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Tue 12th Jun 2018 - Thwaites results, shuts brewery after travellers cause havoc
Thwaites reports like-for-likes up 2.5%, Ebitda rises 7%: North west brewer and retailer Daniel Thwaites has reported like-for-like sales increased 2.5% for the year ending 31 March 2018. Turnover rose 9.2% to £92.2m compared with £84.4m the previous year. Ebitda increased 7.0% to £20.2m, compared with £18.9m the year before. Operating profit was up 6.6% to £12.9m, compared with £12.1m the previous year. Pre-tax profit increased to £9.8m, compared with £5.7m the year before. Net debt as of 31 March rose to £63.7m, compared with £47.6m the year before as a result of investing in its core pub, inns and hotel estate and the acquisition of a hotel in the Lake District. The board recommended a final dividend of 3.36p (2017: 3.36p). Chairman Ann Yerburgh said: “Our trading started the first half of the year steadily and by the half year we were broadly level year-on-year. Despite disposing of 17 more poorly performing pubs during the year this trend held up and has resulted in full-year operating profits being almost exactly the same as last year. The mix of sales in our pubs continues to change, with beer volumes declining in line with the market at about 4% to 5%, in favour of wine, spirits and soft drinks. Average Ebitda per pub increased during the year by 5%. During the year we completed 25 development projects at a cost of £2.3m, continuing to make returns ahead of our hurdle rate of 20%. Major projects in the year have been completed at the Cock And Bottle in Tarleton, The Lindley Tap in Lindley and the Red Lion in Stockton Heath – all of which have been successfully relaunched. Last year we decided to trial some new managed pub concepts in pubs where the level of investment required meant it was difficult to attract a third-party operator. The first of these, the Grill And Grain in Hoghton, suffered a total loss from fire in April 2017. We have recouped our investment from our insurers following the year end and for the time being we have placed the redevelopment of the pub on hold while we focus on other projects. We did not find any suitable pubs to acquire in the year, however we continue to look to add into our business good-quality tenanted pubs with balanced income streams that we can either absorb into our existing tenanted estate or make significant investment to reposition as a managed operation. Our inns have continued to grow, with sales in the current year increasing to £16.1m (2017: £13.3m) an increase of 21%, operating profits have increased by a comparable amount. In the current year the inns have benefited from a full-year contribution from The Lister Barn and a part-year contribution from The Crown in Pooley Bridge, which opened in May 2017. In February 2016 we acquired the Beverley Arms in East Yorkshire. This property has been closed since acquisition and has been with our builders since June 2017. During the course of building works we have seen delays caused by problems to the groundworks and issues with asbestos. This will be a large and exciting addition to our inns, with 38 bedrooms, a bar and a restaurant and it is now due to open in July 2018. We continue to look for new opportunities to grow our Inns portfolio and will make further acquisitions where we believe we can add value. The provincial hotel market continued to grow during the year and saw further increases in bedroom stock being added to the market. During the year our hotels grew their sales by 13%. Much of this increase reflects the acquisitions of Middleton’s in York in February 2017 and Langdale Chase at Lake Windermere in April 2017 together with the opening of The Lodge at Solent in August 2017. Trading at our other hotels has been the subject of some disruption as a result of the accelerated refurbishment programme we disclosed in last year’s report. During the year we refurbished 67 bedrooms as well as the restaurant areas at Aztec, North Lakes and The Solent and the spa and pool halls at Kettering and Cottons. As these projects come to an end we will see the benefit of undisturbed trading together with the anticipated return on the investments we have made. Despite this disruption occupancy increased 4% year-on-year and our room rates net of commissions were broadly flat. As a result of this and other cost savings, operating profit from our hotels increased in the year by 10%. Last year, in response to the costly impact of the National Living Wage, we undertook a review of the whole of our hotel operations, seeking to redesign our operational structure to become more efficient. This project was completed at the year end and we hope it will bring benefits in the current year. Our priority this year will be to cement the performance of the investment projects delivered last year, of which there are a good number, and to make a success of the new operational and management structure in our hotels. The delivery of our new website will give us a better opportunity to market our hotels directly to our guests, rather than through third parties. We also look forward to finalising our plans for the development of Langdale Chase. The business has good momentum and in the absence of any shocks we expect to make continued progress. We will be highly selective in making any further acquisitions but should the opportunities present themselves we will seek to acquire additional outstanding properties in great locations to grow the business for the future.”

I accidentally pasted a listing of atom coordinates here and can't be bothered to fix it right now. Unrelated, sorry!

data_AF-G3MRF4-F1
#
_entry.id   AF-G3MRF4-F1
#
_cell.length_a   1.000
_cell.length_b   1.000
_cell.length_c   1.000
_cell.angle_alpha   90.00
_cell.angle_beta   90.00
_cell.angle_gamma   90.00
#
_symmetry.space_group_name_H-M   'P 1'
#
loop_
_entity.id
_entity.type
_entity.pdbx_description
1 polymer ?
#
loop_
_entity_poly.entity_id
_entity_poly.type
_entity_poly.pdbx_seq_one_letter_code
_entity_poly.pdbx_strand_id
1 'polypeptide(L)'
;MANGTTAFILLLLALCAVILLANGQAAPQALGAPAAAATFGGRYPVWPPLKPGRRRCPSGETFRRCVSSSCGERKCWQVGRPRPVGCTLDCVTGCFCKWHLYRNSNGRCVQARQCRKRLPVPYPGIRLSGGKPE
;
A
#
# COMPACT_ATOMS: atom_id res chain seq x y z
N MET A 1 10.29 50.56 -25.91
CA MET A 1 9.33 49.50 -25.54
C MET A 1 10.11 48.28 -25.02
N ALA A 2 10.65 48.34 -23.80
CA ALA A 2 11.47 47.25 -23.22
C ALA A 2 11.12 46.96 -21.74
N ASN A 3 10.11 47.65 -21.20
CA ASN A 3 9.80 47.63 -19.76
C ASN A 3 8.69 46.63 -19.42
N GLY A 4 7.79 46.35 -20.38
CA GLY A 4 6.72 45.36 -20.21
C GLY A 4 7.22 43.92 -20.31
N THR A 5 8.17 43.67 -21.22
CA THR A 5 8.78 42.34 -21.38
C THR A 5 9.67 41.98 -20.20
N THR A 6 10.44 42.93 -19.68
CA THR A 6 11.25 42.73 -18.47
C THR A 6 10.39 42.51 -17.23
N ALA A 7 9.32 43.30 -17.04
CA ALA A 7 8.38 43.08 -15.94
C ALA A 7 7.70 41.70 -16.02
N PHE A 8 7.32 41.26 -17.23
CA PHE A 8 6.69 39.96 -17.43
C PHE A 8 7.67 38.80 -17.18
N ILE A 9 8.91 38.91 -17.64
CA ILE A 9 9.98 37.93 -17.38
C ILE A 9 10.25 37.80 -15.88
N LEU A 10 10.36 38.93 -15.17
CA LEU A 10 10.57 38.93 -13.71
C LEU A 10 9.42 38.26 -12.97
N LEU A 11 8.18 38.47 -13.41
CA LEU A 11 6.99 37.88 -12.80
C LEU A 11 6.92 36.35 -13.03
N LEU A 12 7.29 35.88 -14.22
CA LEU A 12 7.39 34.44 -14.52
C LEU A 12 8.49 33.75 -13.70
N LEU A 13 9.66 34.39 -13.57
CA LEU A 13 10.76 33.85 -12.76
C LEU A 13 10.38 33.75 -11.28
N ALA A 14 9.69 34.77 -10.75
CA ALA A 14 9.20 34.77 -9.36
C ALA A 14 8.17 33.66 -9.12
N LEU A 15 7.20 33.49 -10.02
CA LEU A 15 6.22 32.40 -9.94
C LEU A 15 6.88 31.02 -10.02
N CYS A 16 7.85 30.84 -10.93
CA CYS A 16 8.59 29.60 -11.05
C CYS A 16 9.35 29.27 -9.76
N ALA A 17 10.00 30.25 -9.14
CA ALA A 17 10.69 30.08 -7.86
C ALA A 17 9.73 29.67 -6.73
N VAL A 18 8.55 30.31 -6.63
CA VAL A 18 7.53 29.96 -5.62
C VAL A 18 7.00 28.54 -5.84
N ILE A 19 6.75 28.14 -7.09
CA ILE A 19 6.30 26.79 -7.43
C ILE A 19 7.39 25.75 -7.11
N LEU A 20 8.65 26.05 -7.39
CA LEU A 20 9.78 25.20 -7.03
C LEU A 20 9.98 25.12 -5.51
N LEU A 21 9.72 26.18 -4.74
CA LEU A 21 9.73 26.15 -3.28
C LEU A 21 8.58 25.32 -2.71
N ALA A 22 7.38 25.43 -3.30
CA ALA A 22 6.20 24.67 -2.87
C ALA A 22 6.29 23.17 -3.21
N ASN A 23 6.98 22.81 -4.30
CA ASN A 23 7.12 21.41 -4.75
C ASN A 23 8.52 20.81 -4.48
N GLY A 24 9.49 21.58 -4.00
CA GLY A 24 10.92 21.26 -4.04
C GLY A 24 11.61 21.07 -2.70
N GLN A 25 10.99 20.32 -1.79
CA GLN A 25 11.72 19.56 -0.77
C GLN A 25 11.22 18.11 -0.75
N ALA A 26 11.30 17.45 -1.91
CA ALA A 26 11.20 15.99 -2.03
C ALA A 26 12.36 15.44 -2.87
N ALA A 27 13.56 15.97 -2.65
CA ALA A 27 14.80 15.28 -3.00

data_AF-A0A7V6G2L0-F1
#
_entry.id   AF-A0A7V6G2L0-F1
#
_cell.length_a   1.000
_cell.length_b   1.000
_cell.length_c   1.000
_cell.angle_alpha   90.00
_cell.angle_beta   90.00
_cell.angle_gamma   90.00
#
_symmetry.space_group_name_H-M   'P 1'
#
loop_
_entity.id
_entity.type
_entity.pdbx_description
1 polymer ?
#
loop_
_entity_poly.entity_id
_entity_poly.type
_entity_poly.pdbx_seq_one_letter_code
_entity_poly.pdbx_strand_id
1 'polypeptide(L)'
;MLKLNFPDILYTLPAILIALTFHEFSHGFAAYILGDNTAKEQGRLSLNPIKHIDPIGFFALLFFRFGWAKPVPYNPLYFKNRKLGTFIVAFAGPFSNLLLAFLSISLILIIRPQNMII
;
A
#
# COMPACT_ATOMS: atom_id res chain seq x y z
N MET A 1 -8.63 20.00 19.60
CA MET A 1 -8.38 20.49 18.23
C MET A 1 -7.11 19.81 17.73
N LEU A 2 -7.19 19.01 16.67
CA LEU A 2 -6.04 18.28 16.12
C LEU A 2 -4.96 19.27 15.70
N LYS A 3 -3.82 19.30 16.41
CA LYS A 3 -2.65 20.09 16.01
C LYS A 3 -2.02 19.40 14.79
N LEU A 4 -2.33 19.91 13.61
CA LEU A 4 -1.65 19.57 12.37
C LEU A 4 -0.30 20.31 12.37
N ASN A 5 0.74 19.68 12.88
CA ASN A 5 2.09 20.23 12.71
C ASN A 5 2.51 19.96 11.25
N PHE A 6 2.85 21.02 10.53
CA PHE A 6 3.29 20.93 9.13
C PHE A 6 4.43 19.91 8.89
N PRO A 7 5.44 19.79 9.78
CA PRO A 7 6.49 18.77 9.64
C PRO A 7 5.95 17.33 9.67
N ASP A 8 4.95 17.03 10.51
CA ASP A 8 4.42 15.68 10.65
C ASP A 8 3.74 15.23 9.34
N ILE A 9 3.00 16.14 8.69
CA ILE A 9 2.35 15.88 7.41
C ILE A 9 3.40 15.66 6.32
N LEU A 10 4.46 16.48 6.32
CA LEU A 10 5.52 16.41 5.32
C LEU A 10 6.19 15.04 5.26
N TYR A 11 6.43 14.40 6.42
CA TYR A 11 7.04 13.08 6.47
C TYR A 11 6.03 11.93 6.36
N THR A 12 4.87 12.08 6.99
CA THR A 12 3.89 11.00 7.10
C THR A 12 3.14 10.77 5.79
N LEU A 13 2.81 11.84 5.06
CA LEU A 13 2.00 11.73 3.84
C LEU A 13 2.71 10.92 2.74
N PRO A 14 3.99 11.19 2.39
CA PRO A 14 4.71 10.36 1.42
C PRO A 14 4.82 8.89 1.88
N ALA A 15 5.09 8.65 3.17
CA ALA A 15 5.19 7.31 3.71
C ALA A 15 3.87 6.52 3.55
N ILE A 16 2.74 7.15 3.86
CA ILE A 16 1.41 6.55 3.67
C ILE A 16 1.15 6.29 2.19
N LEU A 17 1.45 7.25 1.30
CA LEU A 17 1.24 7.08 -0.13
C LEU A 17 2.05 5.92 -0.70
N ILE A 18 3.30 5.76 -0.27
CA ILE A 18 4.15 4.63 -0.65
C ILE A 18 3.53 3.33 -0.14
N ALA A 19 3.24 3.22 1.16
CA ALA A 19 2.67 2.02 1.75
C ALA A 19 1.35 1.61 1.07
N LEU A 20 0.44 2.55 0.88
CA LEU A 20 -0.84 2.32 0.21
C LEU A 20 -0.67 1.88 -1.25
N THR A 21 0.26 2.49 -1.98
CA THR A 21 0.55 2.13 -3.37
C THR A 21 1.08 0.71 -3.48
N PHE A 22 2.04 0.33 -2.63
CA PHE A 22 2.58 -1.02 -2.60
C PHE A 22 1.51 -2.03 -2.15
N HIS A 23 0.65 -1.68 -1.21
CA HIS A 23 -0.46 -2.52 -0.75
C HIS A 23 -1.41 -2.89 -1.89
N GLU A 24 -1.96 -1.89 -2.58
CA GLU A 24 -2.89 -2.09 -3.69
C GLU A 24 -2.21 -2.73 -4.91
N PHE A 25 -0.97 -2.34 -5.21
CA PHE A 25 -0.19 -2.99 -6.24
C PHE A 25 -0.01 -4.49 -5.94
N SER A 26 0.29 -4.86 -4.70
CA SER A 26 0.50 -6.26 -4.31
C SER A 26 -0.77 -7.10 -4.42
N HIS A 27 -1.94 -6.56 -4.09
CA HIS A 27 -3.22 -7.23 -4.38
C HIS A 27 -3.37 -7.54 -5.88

Thwaites shuts brewery after travellers cause £100,000 damage: Thwaites has been forced to close its brewery after being ransacked by travellers. The company was forced to pour away 1,700 pints of ale after the building was badly damaged by the invasion. It has been making beer for two centuries at its headquarters in Blackburn but it was torn apart in three days last month by 100 travellers, who left behind an estimated £100,000 of damage. After police said they “negotiated with the travellers to encourage them to move”, the 21 caravans were escorted to the M65 motorway on 28 May and allowed to drive away. Workers returned after the bank holiday weekend to ransacked desks, smashed windows and human waste strewn around the yard. Copper wiring had been stolen and there were fears the beer stocks had been “contaminated”. No arrests have been made. Thwaites chief executive Rick Bailey told the Lancashire Telegraph: “It’s really upsetting that 211 years of brewing at our site in Blackburn has ended in this fashion.” Production is now set to move four miles away to Thwaites’ new £12m headquarters in Mellor Brook, which opens later this year. Brewer Harry Brunt said: “I couldn’t believe it when I saw the damage they caused. It makes no sense. It felt so sad to pour away our beer.” Blackburn MP Kate Hollern described the mess and vandalism as “absolutely appalling”. She added: “I want to see more action from the police because, for me, it was a break-in – there was theft and criminal damage.”